The Internet harbors innovation at a speed unlike any other industry. The ephemeral nature of an internet startup means there is plenty of room for ideas, whether completely crazy, game-changing, or both, to show up and disrupt the world in a relatively quick timeframe. While the rapid pace of change means that big ideas can grow in an instant, it also means that big ideas that are a little too ahead of their time can find themselves with nobody interested
As an internet entrepreneur since 1997, I’ve been a part of this incredibly exciting industry since well before the entire globe was logged in. For all the household names developed in that time, there have been exponentially more companies with world-changing ideas that were just too early to the show. These failures are an interesting lesson for innovators: there’s definitely a such thing as being too early to the party.
For today’s time-pressed city dwellers, grocery delivery services like FreshDirect, PeaPod, Instacart and more, but few of those users are probably aware that they could have made use of a similar service two decades ago. Webvan was perhaps the most well-known of the early online grocery services, and began deliveries in 1999 across 10 major US markets.
More than $396 million in venture capital and a $4.8 billion valuation wasn’t enough to make Webvan a hit, however, and a combination of overexpansion and high infrastructure costs took it out of service for good in 2001. Future startups learned the lessons that sunk the company, making better use of existing grocery and fulfillment infrastructure to serve a more web-savvy customer base.
Connecting with others has been a mainstay of the Internet since the glory days of Usenet, but it wasn’t until the late 2000s when social media truly flourished. There were many false starts and should-have-beens in the years throughout, but none exemplify too-early-for-their time like Dodgeball.
Founded a year before Facebook, Dodgeball took social networking mobile, something MySpace and Friendster never dared. However, this was in the pre-smartphone days, and conducting the business of making friends and sharing events via text message was a bit unwieldy. Dodgeball wasn’t a complete loss, though, as its founders eventually found success with a new app for the age of smartphones: Foursquare. By the time that company came into existence, smartphone and GPS were common enough for investors and customers alike to buy in.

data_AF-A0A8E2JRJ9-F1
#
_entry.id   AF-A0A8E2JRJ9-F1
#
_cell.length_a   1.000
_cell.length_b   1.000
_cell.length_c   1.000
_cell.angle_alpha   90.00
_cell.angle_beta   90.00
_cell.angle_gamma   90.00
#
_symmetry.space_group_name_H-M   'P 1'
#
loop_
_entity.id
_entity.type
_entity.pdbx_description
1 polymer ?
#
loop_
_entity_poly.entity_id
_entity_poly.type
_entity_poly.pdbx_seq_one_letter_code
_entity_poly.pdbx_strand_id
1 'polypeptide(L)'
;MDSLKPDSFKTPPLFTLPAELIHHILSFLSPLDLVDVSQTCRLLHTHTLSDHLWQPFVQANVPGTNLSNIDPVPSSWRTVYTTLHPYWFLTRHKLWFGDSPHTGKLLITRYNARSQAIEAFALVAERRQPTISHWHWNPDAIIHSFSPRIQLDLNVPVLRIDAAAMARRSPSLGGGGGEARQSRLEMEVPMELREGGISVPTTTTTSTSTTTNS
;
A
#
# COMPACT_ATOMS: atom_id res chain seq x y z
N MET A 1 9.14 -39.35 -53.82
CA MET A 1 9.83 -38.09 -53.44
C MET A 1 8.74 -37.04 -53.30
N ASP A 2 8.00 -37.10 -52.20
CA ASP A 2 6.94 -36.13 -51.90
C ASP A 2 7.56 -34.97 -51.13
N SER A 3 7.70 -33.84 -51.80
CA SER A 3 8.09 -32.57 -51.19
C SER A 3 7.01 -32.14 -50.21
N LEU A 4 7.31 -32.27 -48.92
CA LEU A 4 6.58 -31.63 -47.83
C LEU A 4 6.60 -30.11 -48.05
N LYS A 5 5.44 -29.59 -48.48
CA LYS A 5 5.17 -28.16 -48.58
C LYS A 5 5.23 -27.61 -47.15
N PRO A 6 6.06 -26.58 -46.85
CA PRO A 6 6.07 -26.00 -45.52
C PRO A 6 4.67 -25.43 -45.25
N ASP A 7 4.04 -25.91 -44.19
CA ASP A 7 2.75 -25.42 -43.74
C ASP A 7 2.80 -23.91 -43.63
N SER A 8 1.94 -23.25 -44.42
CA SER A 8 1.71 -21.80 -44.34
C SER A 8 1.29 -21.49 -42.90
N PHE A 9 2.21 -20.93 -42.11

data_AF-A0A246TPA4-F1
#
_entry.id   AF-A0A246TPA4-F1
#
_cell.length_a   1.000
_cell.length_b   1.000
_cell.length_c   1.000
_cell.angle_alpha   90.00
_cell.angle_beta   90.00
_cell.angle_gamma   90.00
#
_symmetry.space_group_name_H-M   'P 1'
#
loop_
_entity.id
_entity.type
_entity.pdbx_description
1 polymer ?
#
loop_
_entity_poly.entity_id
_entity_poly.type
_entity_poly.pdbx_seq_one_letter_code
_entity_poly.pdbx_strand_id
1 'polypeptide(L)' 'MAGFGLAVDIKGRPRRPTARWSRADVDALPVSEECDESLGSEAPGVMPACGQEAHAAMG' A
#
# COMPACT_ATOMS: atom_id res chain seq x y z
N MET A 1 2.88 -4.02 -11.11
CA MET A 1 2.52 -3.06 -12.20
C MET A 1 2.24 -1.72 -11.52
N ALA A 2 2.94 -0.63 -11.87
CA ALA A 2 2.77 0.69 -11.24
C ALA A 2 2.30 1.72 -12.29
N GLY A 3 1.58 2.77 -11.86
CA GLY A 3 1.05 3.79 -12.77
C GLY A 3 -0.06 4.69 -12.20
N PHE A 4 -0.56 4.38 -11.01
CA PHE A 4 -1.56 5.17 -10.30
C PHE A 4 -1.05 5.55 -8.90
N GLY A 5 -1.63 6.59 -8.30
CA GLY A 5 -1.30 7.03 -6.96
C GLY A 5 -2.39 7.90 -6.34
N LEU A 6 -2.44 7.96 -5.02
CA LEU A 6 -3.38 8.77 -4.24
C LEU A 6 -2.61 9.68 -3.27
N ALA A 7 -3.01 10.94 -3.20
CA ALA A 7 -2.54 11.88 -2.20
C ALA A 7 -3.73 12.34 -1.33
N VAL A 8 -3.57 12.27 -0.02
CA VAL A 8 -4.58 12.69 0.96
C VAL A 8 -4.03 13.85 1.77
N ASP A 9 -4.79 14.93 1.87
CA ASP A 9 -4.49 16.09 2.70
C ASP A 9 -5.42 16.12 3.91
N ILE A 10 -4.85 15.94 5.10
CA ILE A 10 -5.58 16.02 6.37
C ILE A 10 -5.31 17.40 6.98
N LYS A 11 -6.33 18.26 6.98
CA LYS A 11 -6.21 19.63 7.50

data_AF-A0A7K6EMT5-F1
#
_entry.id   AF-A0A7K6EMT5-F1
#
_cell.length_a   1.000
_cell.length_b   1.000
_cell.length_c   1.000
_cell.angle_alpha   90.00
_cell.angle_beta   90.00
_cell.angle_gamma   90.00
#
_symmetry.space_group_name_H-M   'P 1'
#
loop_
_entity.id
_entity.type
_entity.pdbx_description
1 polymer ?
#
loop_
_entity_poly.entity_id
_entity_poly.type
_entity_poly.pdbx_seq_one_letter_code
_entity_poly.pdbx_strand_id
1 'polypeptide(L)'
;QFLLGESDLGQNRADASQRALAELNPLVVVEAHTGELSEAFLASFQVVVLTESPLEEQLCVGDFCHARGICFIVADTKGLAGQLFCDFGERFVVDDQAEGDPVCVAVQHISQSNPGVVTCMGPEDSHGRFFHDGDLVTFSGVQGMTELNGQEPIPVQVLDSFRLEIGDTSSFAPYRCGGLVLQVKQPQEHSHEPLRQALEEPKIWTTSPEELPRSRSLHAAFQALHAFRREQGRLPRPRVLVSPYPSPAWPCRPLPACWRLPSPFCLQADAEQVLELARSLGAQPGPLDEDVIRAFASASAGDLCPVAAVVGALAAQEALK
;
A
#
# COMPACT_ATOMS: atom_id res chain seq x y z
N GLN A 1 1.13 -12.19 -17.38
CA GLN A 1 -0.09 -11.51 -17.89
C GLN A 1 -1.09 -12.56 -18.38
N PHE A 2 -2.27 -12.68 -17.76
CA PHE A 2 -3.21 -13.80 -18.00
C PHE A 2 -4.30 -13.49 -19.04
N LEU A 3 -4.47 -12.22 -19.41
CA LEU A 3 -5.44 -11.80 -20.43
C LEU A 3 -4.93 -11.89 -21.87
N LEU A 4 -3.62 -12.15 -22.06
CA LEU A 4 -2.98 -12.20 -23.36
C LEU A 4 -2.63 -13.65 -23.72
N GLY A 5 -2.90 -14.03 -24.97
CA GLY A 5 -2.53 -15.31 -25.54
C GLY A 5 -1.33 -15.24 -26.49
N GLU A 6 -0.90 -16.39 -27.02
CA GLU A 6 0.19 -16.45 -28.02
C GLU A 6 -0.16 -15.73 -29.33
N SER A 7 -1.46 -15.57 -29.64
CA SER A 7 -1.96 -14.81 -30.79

At-home internet assistants are a mainstay of the modern home thanks to Alexa, Google Assistant and more, but in 2000 only the most ambitious tech firms were in the business of internet-linked home devices. For a moment, however, some ambitious minds were ready to bring the web off of computers and into purpose-built home devices.
The brainchild of now-defunct 3Com, Audrey’s intended destiny was to bring the Internet to kitchens as part of a whole family of devices specially designed for each room of the house. This early iteration of the smart home never came to be, as the pricy units didn’t move well and 3Com was bought out and dissolved. Interestingly, the devices became a favorite of the hacker community, with hobbyists developing new and unauthorized applications for the forgotten tech.
Also known as WebTV, this service was an attempt to bridge the gap between television and the internet, putting basic web applications and email to home television sets with a unit about the size of a cable box. What should have been an early form of smart TV instead served a moderately-sized section of the public who were slightly internet-savvy, but not interested enough to take the plunge into computer ownership. It was bought out by Microsoft and rechristened MSN TV in 2001.
Unlike the rest of this list, MSN TV was actually somewhat successful, attracting 800,000 subscribers at its peak in 1999. However, eventually the idea of surfing a scaled-down version of the internet on a non-HD monitor soon became dreadfully out of style, and smartphones more than ably handled our desire for passive web browsing and email (along with near-infinite other uses) without the need to shell out for a desktop computer. Today, WebTV stands as an idea that was somewhat useful for a time, but rapidly became obsolete once technology improved.
Whether you’re a fan or not, there’s no disputing that online video gaming is big business. The most popular streamers and competitive gamers earn well into the millions, with cadres of loyal fans tuning in on Twitch, Youtube, and even live competitions in sold-out arenas and stadiums. The first mainstream entry into this market, however, came and went with little notice. Sega’s Dreamcast, released in 1998 in Japan and the following year in the U.S., was the first home console to include a modem for online play. Internet connectivity right out of the box was a huge leap forward, but the system fell behind Nintendo and Sony when it came to capturing players’ imaginations.
Online play was a curiosity rather than a compulsion, and what could have been the beginning of a revolution instead came and went quickly, with the Dreamcast off of the market by 2001. A year later, Microsoft’s Xbox Live heralded a new era for gamers, and integration of online play has been an integral part of the $113 billion video game industry ever since. Sega, for their efforts, shut down their console division and survive in a much smaller form today.
Every consumer market has its challenges, and entering when the time is just right is often an inexact science. The Internet, with its infinite possibilities, is an especially fertile ground for great ideas to grow, but success in the market is never guaranteed, even when your idea is a world changer. When it came to these 5 revolutionary ideas, the world simply wasn’t ready.